The participant, with the aid of flotation devices, is led through a series of sweeping motions in the arms of Michael.
“What appears like a physical therapy is really for the heart and mind recalling experiences of the womb in an unconditional space of love and care.”
“Modern living is all too often a mental experience,” says first-time BSF attendee Adam Christopher, from Seattle.
“We sometimes forgo the responsibilities of a healthy mind and body. The festival encourages us to understand the body by getting outside of our minds and engaging in nurturing practices.”
While the BSF has its critics, arguing that it is inaccessible to the local population and is akin to neocolonialism, the extent of the BSF outreach programs deserve much attention and credit.
Initiatives such as Bali ReGreen, in partnership with the Environmental Bamboo Foundation, since 2013 is revitalizing arid and economically marginalized regions of East Bali by transplanting bamboo and teaching the locals the necessary skills to benefit from the resource. The project rehabilitates the land and contributes to developing small-scale micro economies with opportunities for some 8,000 villagers.
Meanwhile, the AYO! Kita Bicara HIV & AIDS (Come On! Let’s Talk About HIV & AIDS) program has for the past four years conducted EduSpirit workshops in 71 high schools, reaching out to more than 2,200 students and 180 teachers throughout Bali.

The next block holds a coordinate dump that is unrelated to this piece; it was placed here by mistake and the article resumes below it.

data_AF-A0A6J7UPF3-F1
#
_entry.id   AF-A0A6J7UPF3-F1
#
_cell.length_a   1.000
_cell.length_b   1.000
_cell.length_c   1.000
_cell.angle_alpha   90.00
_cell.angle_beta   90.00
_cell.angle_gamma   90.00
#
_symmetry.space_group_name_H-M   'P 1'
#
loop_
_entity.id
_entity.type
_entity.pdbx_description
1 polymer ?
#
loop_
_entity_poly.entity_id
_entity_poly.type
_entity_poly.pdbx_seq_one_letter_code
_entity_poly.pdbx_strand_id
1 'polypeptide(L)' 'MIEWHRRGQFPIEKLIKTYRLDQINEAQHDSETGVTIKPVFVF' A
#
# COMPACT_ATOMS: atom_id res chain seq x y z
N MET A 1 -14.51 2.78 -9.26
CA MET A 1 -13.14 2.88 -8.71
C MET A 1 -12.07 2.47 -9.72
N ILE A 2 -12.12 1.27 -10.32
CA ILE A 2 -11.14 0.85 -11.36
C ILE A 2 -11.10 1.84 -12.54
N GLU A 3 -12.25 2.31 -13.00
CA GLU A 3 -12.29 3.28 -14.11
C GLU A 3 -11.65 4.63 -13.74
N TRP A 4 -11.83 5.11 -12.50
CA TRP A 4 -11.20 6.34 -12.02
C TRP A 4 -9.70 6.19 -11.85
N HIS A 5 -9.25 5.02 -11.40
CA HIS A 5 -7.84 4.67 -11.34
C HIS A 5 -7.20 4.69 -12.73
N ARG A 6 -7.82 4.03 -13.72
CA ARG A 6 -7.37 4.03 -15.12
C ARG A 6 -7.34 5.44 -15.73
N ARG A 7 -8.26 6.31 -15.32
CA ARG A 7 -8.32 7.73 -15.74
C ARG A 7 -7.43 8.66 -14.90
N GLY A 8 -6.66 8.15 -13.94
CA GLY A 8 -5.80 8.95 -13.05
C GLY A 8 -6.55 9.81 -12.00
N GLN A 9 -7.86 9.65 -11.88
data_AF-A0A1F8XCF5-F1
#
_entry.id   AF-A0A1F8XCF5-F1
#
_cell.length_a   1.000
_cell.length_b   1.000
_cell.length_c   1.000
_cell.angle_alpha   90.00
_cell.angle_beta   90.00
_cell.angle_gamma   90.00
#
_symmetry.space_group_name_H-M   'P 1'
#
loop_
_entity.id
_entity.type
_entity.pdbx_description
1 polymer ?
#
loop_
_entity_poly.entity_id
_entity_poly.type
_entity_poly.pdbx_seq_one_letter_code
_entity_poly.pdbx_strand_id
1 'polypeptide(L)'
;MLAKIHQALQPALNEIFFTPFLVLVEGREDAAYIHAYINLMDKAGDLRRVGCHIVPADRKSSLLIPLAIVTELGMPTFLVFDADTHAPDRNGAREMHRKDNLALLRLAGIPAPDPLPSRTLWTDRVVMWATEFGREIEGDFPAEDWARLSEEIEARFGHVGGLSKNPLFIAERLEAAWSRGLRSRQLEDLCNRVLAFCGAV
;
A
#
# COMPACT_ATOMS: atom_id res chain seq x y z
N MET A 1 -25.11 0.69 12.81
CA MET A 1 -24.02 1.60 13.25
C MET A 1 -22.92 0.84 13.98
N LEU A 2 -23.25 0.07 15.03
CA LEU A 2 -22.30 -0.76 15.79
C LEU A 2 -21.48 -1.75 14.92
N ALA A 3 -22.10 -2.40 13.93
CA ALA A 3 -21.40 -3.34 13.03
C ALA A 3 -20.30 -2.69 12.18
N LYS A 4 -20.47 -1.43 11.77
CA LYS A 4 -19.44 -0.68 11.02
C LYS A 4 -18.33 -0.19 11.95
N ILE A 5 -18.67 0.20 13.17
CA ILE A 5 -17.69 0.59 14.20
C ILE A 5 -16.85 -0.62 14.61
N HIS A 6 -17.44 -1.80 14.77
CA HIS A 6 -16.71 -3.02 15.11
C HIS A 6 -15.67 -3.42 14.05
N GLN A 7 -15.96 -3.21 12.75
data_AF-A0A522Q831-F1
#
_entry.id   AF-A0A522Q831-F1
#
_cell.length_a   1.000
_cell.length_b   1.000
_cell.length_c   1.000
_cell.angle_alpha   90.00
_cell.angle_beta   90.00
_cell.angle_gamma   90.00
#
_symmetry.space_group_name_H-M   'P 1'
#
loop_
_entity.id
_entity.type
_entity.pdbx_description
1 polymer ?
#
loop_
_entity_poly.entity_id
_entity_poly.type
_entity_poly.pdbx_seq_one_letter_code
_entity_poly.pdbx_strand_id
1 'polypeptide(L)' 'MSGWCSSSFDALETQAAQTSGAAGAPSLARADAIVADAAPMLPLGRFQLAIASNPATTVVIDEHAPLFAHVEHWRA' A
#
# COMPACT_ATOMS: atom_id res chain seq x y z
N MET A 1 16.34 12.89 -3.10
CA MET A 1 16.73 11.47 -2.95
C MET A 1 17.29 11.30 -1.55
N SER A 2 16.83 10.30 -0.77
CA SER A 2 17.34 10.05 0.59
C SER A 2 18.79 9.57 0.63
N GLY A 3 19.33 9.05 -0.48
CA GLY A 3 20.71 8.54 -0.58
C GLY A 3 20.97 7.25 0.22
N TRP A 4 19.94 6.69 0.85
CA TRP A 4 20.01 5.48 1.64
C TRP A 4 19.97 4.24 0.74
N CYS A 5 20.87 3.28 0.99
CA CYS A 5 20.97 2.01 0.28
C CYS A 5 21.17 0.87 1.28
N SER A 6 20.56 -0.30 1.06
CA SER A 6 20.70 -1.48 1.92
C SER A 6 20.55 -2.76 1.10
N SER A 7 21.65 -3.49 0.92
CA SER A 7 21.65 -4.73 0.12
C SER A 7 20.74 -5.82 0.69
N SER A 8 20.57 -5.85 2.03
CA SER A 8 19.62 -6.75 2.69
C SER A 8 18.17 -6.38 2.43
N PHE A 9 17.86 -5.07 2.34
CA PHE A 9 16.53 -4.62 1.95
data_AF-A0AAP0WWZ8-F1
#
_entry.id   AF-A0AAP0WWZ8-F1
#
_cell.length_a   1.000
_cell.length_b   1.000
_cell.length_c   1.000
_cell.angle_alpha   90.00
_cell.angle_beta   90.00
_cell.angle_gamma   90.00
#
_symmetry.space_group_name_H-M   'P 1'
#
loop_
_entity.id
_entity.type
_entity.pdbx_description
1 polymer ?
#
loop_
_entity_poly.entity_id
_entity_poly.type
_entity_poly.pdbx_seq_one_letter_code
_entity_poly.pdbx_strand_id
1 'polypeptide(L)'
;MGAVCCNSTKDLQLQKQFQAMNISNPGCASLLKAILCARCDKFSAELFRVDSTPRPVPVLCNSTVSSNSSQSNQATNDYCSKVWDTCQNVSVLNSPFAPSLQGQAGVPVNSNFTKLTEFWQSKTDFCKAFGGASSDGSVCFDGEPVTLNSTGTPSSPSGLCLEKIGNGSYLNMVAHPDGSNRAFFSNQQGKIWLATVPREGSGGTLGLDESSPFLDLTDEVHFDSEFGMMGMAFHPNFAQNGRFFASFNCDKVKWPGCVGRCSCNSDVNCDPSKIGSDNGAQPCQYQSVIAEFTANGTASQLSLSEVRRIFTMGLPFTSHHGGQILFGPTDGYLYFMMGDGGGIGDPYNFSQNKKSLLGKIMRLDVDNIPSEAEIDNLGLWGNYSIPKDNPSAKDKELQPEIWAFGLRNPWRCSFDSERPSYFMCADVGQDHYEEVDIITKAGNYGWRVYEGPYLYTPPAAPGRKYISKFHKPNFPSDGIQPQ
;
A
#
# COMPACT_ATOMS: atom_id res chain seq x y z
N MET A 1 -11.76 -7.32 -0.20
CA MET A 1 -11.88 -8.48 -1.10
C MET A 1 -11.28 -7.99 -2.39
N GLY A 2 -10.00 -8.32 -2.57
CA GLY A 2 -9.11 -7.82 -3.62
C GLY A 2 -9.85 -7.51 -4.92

The island is increasingly becoming a meeting venue for the global community, and while the economy benefits, tourism has become relentless and there now appears to be no low season. The once-quiet artists’ village of Ubud has become an overcrowded tourist mega hub.
Yet with such a meeting of international interfaith, yoga and community-conscious leaders as gathered for the BSF in Ubud, is the next step to create a larger platform for discussions that results in greater global activism?
What is essential in this global climate of corporate governments attacking the sovereignty of the individual and the planet’s resources, is opportunities that bring together like-minded people from diverse backgrounds to engage and build networks. BSF is one such event that allows participants to addresses some of the issues that are negative byproducts of our modern culture.